Rupert Murdoch, the chief of News Corporation at the center of the cell phone hacking scandal, had his suit splattered with shaving foam after a protester hurled a foil pie aiming for his face during a hearing with British lawmakers Tuesday followed by a call by Prime Minister David Cameron to move on to “issues that matter.”
Murdoch, the chairman and CEO of News Corp., the world’s second-largest media conglomerate in terms of revenue, escaped the brunt of the attack as a group of people including his wife Wendi Deng fought off the man who rushed forward from the public gallery two hours into the hearing session, according to BBC.
The attacker was identified as 26-year-old Jonathan May-Bowles, a member of the opposition Labour Party. Just before the incident, he tweeted under the account Jonny Marbles: “It is a far better thing that I do now than I have ever done before #splat,” which resembles a quotation from the last sentence of Charles Dickens’ A Tale of Two Cities.
May-Bowles was arrested and his party membership suspended, BBC reported.
The hearing was part of the Culture, Media and Sport Select Committee of the House of Commons. It was held in central London two weeks after Murdoch had to shut down his British tabloid News of the World following allegations that its employees illegally hacked into the cell phones of celebrities, politicians and others, including terror attack victims and a 13-year-old girl who was murdered, and paid bribes to police.
Earlier at the hearing, Murdoch said his appearance before the inquiry was “the most humble day of my life.” However, the 80-year-old media baron pleaded not guilty saying his only fault was that he trusted the wrong people and was not aware of the interceptions.
Murdoch had his son James sitting alongside who told the parliamentarians that News of the World’s actions “do not live up to the standards our company aspires to. I would like to say as well, just how sorry I am, and how sorry we are to particularly the victims of illegal voicemail interceptions and to their families.”
Hours after the attack, Cameron, who cut short his Africa tour and arrived in London late Tuesday, said he wanted to address the issues that “really matter” to Britons, indicating he would make an attempt to bring an end to the furor over the phone hacking scandal, British daily The Telegraph reported. “I think it is important for the British Prime Minister to get on with those things that really matter for Britain,” he was quoted as saying.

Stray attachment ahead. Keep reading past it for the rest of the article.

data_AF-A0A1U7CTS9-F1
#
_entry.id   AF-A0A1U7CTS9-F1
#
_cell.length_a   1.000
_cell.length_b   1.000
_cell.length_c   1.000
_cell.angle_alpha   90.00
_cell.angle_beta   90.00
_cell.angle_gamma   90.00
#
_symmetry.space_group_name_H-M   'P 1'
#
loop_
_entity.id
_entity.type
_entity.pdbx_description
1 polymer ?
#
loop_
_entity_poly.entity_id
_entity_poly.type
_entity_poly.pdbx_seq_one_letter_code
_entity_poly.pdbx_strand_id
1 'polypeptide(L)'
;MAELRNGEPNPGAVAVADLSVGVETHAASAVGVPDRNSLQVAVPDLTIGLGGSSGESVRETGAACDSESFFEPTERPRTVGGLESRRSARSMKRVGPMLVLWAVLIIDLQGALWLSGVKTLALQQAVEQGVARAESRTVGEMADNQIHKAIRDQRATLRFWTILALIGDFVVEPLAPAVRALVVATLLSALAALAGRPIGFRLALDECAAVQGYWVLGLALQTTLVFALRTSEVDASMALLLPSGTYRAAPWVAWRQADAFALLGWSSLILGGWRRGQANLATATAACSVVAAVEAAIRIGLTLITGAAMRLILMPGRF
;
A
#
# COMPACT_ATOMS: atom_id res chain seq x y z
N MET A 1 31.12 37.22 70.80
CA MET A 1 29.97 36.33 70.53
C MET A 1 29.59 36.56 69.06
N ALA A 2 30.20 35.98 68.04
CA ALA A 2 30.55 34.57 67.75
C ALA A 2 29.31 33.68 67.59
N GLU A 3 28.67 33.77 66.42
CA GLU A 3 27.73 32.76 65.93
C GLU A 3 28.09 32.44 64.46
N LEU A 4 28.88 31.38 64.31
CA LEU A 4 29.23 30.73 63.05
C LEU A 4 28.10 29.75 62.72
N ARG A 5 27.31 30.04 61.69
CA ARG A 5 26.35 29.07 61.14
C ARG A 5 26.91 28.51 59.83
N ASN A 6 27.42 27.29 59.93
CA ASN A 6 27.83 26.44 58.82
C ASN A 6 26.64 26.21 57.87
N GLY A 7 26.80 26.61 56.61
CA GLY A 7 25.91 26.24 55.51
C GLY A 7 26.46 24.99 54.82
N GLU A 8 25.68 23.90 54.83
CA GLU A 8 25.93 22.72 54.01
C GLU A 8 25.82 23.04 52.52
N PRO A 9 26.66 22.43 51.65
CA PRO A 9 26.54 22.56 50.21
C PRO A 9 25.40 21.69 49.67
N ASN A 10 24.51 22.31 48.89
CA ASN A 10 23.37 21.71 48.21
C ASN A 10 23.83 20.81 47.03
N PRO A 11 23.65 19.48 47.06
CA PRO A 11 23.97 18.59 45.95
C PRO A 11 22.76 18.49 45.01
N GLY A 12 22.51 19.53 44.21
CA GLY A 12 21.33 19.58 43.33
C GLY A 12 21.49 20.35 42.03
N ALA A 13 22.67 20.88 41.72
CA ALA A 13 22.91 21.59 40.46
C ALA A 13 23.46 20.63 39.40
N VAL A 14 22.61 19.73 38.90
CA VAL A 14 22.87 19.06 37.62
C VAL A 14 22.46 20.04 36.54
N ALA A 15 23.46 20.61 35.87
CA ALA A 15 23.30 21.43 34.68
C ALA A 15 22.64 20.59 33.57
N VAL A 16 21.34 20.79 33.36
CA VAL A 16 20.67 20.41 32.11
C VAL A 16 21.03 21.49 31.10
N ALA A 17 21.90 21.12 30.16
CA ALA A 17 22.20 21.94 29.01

Cameron was expected on Wednesday to announce the terms of reference for a judicial inquiry into the phone hacking issue focusing on media ethics and the relationship between the press, politicians, and the police.
“However, the Prime Minister is now understood to believe that the intense furore over the scandal should subside and the inquiry – and police investigation – should work in a less ‘frenzied’ environment,” The Telegraph reported.
Cameron is also under fire as his communications director, Andy Coulson, is former editor of the now-defunct News of the World.
The allegation that the tabloid employees had engaged in phone hacking of celebrities, politicians, and members of the British Royal Family surfaced in 2006. The issue shot to prominence while News Corp. was attempting to take over British Sky Broadcasting in July 2011, when it came to fore that the victims of the phone hacking included a murdered schoolgirl, Milly Dowler, families of deceased British soldiers, and even victims of the 7/7 London bombings.
The revelations caused concerns also in the United States as News Corp. has its headquarters in America and operates numerous media outlets. Bloomberg reported on July 15 that the Federal Bureau of Investigation had begun a probe into whether employees tried to hack the phones of victims of the 9/11 terrorist attacks. “We’re aware of certain allegations pertaining to a possible hacking by News Corp. personnel and we’re looking into those charges,” FBI spokesperson Jim Margolin was quoted as saying.